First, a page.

On the Straits Times yesterday, there was an article about an admin executive’s whose yearly insurance premium is actually higher than her pay
Quick summary – Admin executive Mdm Han visited UOB branch in 2013 to open account or fixed deposit but purchased an endowment product that comes with freebies such as an air-fryer and a steamer. Attracted by the 4.75% projection, she signed up for the plan but later realized that the insurance premium was unaffordable for her
Enraged by this piece of rather terrifying news, I recalled that a similar thing had occurred on my mother.
Some years back, my mother had gone to the bank to renew her fixed deposit. She was introduced to Structured Deposit and was made to believe that it was the same as fixed deposit.
A couple of years went by and she realized that the bank had not sent her any letter about the deposit maturity.
I enquired with a friend who was working in the same bank and realized that it was actually Structured Deposit. Thus, we made arrangement for my mother to cancel the plan, paid some adminstration charges but thankfully, did not lose any of the capital.
Many years had passed since the occurrence of this unhappy episode
Seeing a similar episode but with insurance sale at a bank made me feel rather peeved.
It seemed that nothing had changed with the banks and sales tactics.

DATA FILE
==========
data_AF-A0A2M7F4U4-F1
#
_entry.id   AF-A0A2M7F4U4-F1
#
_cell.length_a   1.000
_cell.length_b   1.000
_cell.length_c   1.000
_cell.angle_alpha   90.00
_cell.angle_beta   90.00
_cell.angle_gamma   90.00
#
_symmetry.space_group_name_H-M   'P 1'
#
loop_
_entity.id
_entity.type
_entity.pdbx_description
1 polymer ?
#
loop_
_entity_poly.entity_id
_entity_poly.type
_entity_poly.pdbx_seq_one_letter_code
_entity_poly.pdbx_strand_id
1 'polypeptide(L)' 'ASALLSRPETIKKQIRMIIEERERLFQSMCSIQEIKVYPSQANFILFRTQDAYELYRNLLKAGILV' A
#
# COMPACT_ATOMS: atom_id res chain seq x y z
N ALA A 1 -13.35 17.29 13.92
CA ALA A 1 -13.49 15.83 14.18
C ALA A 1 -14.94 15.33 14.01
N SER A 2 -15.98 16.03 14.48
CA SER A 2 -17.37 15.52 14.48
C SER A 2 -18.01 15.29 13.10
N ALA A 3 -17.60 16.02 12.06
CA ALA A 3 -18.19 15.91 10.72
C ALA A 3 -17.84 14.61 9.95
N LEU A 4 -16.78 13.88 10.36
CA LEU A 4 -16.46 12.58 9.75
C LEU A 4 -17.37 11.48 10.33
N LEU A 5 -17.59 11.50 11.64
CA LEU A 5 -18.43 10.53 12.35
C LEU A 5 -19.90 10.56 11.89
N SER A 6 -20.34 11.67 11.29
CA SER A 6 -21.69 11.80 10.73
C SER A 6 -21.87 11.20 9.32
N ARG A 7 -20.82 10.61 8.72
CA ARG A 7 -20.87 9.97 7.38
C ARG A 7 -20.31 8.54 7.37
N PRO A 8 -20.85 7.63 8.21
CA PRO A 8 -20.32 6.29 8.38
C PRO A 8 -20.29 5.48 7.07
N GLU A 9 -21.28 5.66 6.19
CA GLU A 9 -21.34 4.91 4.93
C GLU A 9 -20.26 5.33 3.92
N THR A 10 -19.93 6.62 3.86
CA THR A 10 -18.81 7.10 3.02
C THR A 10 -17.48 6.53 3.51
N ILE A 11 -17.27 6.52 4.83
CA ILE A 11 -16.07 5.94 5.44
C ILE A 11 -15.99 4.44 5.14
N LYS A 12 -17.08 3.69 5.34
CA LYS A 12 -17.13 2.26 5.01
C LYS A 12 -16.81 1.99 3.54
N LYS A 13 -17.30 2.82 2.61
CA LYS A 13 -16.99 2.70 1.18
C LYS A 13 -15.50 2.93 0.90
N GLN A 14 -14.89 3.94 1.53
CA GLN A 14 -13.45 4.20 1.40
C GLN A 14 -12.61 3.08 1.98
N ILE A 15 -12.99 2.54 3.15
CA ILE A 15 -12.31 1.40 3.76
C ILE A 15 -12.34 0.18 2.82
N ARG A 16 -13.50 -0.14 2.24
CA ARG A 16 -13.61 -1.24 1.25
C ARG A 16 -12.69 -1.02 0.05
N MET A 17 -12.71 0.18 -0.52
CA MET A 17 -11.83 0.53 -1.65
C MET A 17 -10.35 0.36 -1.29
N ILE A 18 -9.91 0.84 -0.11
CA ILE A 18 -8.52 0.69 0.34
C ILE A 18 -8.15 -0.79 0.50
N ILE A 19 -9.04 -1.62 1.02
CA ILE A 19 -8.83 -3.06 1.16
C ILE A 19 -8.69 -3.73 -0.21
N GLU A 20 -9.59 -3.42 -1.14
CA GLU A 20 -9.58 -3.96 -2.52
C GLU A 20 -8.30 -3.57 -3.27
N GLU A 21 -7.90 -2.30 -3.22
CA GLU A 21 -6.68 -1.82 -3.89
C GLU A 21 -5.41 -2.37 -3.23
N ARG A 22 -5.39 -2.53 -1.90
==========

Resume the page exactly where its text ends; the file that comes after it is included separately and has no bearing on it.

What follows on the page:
The banks’ sales strategy still evolves around older generation and their deposits
Of course, it takes two hands to clap.
Some online forum actually pointed out that Mdm Han was attracted by the freebies and got blindsided. Otherwise she would not have signed on the dotted line.
Some had also highlighted that Mdm Han could have made sure she understand the plan before purchase.
To a certain extent, I would acknowledge that those were valid observations
However, at the same time, my personal feeling is that there are a certain demography in the Singapore population that has no interest or access to financial information.
For aged people, they have lived in a world that is vastly different from the information technology era that we are currently in.
It is difficult for them to access and also likely of no interest to them about financial planning.
All they want is probably to spend their time with their loved ones while keeping enough money safely for afford simple luxuries.
That’s why they usually keep their monies in saving or fixed deposit accounts
That is also precisely the reason I am so enraged by the news article.
I feel that this particular demography of the population cannot be reached & educated as they are unlikely to go on the internet or read financial books.
Thus, they become easy prey to the tactics of unscrupulous sales people (not restricting to insurance or bank).
There is nothing much that we can do about it.
Perhaps we can remind our loved ones who are in this vulnerable group to check with us before making any purchase.
If you have any similar horror tales, please share with us for learning.
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